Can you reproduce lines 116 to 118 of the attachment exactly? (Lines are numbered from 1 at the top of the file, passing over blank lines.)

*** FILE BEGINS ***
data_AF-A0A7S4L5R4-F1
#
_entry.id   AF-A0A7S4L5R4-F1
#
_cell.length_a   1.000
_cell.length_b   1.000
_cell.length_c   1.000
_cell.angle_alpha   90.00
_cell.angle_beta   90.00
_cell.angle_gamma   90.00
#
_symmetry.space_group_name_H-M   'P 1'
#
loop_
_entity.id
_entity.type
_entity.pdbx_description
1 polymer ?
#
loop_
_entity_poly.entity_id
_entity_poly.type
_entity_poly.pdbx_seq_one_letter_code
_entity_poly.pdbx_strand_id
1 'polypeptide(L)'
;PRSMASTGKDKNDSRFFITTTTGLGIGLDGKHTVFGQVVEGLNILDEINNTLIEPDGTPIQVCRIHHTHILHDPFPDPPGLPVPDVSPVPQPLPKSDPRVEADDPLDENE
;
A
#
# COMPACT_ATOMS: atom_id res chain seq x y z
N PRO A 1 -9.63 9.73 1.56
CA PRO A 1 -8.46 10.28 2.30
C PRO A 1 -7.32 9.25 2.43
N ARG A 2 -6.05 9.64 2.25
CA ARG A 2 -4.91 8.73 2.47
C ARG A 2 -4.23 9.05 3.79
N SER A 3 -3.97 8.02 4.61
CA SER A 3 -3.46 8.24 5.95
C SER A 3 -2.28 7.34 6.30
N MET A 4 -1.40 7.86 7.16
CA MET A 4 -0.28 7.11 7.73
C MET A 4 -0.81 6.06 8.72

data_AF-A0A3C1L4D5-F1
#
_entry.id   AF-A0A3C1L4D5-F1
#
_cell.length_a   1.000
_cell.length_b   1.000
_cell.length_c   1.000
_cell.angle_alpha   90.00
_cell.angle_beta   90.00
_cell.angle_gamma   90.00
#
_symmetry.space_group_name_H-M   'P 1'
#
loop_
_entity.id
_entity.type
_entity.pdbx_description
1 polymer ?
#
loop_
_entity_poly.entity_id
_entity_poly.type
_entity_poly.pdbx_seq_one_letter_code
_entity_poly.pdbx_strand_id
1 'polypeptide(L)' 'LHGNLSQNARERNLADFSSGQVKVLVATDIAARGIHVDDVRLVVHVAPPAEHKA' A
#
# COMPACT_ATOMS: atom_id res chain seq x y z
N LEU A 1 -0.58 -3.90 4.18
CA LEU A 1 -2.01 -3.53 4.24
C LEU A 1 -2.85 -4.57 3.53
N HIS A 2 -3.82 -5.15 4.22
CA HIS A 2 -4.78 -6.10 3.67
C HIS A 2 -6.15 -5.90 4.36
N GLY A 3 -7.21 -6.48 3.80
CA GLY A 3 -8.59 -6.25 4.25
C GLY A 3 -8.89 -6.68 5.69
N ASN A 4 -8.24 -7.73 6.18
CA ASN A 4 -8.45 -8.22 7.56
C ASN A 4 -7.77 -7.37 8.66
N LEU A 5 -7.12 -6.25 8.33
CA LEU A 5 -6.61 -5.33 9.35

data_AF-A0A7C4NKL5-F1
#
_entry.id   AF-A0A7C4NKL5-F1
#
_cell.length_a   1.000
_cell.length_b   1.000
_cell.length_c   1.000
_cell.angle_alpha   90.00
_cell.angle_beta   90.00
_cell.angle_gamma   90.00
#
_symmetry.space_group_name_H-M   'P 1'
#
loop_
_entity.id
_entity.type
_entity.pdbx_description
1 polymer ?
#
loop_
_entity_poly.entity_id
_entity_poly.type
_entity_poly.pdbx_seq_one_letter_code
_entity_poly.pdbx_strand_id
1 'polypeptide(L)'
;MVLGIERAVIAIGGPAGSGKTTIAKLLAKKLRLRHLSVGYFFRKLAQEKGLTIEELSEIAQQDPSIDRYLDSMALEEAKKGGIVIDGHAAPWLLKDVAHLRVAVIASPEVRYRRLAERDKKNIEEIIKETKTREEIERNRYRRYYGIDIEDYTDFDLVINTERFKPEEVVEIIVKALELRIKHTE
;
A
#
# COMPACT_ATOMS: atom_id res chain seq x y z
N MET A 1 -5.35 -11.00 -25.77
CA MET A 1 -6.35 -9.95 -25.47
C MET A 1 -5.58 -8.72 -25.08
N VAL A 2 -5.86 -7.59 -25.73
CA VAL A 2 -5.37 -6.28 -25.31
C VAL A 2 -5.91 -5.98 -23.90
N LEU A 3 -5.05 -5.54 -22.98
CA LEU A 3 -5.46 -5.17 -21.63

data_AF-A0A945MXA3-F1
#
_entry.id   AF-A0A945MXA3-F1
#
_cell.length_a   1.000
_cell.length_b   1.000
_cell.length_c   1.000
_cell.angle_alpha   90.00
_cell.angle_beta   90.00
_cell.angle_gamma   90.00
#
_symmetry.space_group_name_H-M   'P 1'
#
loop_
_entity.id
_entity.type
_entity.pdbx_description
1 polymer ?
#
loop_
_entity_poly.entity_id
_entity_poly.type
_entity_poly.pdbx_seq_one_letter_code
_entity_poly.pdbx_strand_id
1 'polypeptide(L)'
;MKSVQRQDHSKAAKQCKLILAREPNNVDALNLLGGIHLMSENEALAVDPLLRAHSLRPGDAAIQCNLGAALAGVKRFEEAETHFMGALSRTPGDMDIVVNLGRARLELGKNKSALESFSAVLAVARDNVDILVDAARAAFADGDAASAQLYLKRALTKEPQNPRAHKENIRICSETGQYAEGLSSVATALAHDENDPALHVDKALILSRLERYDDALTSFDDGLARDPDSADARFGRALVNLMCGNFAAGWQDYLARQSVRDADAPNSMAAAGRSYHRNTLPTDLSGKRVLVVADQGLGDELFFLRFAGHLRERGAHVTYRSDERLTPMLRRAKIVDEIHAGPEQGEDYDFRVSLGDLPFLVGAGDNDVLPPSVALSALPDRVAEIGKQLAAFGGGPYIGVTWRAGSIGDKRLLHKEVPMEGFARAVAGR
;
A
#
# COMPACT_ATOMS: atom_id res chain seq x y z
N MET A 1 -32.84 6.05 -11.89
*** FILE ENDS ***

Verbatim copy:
C MET A 1 -5.58 -8.72 -25.08
N VAL A 2 -5.86 -7.59 -25.73
CA VAL A 2 -5.37 -6.28 -25.31